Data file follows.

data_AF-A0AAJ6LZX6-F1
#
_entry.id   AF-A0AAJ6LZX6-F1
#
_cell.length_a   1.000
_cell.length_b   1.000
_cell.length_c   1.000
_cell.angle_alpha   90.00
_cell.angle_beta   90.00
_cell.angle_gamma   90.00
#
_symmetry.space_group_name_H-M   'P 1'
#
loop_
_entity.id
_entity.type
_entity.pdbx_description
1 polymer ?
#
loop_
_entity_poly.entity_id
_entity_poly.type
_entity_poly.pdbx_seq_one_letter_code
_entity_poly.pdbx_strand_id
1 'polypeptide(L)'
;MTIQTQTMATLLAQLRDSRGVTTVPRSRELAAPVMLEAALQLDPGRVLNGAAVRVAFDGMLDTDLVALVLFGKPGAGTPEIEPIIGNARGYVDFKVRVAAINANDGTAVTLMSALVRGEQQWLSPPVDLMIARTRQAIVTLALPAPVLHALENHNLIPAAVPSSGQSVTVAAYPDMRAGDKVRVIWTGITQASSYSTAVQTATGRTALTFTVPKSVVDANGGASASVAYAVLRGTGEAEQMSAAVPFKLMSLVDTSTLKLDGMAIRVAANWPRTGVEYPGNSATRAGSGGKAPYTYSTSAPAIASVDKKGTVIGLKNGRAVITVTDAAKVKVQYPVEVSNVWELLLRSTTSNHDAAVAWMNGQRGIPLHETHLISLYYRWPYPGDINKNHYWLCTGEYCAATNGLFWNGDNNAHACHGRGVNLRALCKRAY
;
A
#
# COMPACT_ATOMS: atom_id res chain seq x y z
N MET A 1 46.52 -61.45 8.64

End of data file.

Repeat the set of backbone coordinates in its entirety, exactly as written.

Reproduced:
data_AF-A0AAJ6LZX6-F1
#
_entry.id   AF-A0AAJ6LZX6-F1
#
_cell.length_a   1.000
_cell.length_b   1.000
_cell.length_c   1.000
_cell.angle_alpha   90.00
_cell.angle_beta   90.00
_cell.angle_gamma   90.00
#
_symmetry.space_group_name_H-M   'P 1'
#
loop_
_entity.id
_entity.type
_entity.pdbx_description
1 polymer ?
#
loop_
_entity_poly.entity_id
_entity_poly.type
_entity_poly.pdbx_seq_one_letter_code
_entity_poly.pdbx_strand_id
1 'polypeptide(L)'
;MTIQTQTMATLLAQLRDSRGVTTVPRSRELAAPVMLEAALQLDPGRVLNGAAVRVAFDGMLDTDLVALVLFGKPGAGTPEIEPIIGNARGYVDFKVRVAAINANDGTAVTLMSALVRGEQQWLSPPVDLMIARTRQAIVTLALPAPVLHALENHNLIPAAVPSSGQSVTVAAYPDMRAGDKVRVIWTGITQASSYSTAVQTATGRTALTFTVPKSVVDANGGASASVAYAVLRGTGEAEQMSAAVPFKLMSLVDTSTLKLDGMAIRVAANWPRTGVEYPGNSATRAGSGGKAPYTYSTSAPAIASVDKKGTVIGLKNGRAVITVTDAAKVKVQYPVEVSNVWELLLRSTTSNHDAAVAWMNGQRGIPLHETHLISLYYRWPYPGDINKNHYWLCTGEYCAATNGLFWNGDNNAHACHGRGVNLRALCKRAY
;
A
#
# COMPACT_ATOMS: atom_id res chain seq x y z
N MET A 1 46.52 -61.45 8.64